Saturday, 10 March 2018

Port de Soller, Mallorca, Spain - Open Arms and another gentle walk.

There had been a little notice on the Sollerweb that a rescue boat was going to be in Port de Soller,  on Thursday, giving tours. Curious, I walked over to the harbour.
One of the small commercial fishing boats was being lifted out and Oh, did it smell!
It also looked tiny next to the big power boat, also on the "hard" for some winter maintenance.
The rescue boat was on the far side of the harbour

There was a gang plank out and I was encouraged to come aboard
This volunteer was describing (in Spanish and English) their role when they find refugees in the Mediterranean.
They do 14 day "missions" and in between they travel around the coast educating people about the problem - the countries the refugees are fleeing and why, the politics of the countries they are leaving, the ones they must travel through and those they are trying to reach, the costs for them, how ill equipped their boats are and maritime law regarding where they must be taken when rescued. We saw photos, watched videos and heard first hand accounts. The NGO has 26 paid staff and the rest are volunteers. They have 2 boats, this sailboat and a larger trawler and an office in Barcelona that assists with finding volunteers and fundraising. They were not actively fundraising here, their focus was education as they said many Europeans resent the refugees and don't understand why they are fleeing and the hardships they have been through.
This sailboat was a gift from a rich businessman and it is not ideal for the job. Most of the refugee boats have more than 500 people on board, many crouched or lying in decks that have been created in cargo spaces. This sailboat can only take 200 people on the deck and it is open to the elements, there isn't much room below decks. They have a number of zodiacs that they use when they go out and often just ferry the refugees to waiting coast guard or military ships.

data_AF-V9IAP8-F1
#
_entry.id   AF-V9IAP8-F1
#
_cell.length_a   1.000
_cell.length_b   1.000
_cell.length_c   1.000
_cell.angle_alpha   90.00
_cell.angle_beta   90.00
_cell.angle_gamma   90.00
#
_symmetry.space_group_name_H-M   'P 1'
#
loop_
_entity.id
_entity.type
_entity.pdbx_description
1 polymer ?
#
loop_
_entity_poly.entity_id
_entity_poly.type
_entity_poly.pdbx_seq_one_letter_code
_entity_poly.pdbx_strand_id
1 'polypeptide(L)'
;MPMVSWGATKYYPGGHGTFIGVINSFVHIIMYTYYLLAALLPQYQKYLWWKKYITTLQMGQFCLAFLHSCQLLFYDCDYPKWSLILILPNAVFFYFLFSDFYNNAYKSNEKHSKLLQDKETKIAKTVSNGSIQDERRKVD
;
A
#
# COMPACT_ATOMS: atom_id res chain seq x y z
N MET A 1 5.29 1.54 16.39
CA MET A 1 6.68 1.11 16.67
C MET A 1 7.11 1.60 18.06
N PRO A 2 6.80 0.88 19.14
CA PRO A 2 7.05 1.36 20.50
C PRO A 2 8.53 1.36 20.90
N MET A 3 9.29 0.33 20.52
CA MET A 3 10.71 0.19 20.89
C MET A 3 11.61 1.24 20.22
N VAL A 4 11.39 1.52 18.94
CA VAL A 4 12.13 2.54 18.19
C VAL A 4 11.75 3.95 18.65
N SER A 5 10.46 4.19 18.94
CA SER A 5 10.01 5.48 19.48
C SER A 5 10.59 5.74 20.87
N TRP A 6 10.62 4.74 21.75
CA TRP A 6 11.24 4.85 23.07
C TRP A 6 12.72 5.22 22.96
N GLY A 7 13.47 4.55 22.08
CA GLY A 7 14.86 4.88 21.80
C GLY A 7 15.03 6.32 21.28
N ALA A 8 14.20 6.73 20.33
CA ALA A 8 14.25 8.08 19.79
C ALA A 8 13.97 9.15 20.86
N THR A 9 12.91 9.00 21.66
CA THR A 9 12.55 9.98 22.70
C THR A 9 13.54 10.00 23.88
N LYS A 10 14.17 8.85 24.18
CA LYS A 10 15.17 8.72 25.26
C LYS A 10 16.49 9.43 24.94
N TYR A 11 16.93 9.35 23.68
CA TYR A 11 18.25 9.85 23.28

My German walking companion had emailed me asking if I would like to take another gentle walk on her last day here. I met her at the bus stop and we took it up to San Bleda, where we had taxied to last time.
We had a brief glimpse of the coast
and then walked through ancient olive groves.

The tops of the mountains were obscured by clouds and we wondered if we were going to get rained on.
Their trunks are so twisted and gnarled they have a fantasy look to them, as if they could stir and walk on those roots. You can almost see facial features.
Not as picturesque as the other orange juice spot, and twice the price, but delicious all the same.

We stopped and had a cafe con leche at Muleta de ca S'Hereu which is also a hotel. It is right on the hiking path and has great views down to Port de Soller.
From here we took the easy route, down their access road, and it really had been a gentle walk of about 2 hours.
Back around to the harbour and one of the fishing boats had unloaded the days catch
Fish, crabs and shrimp
and the cats waiting for a hand out.

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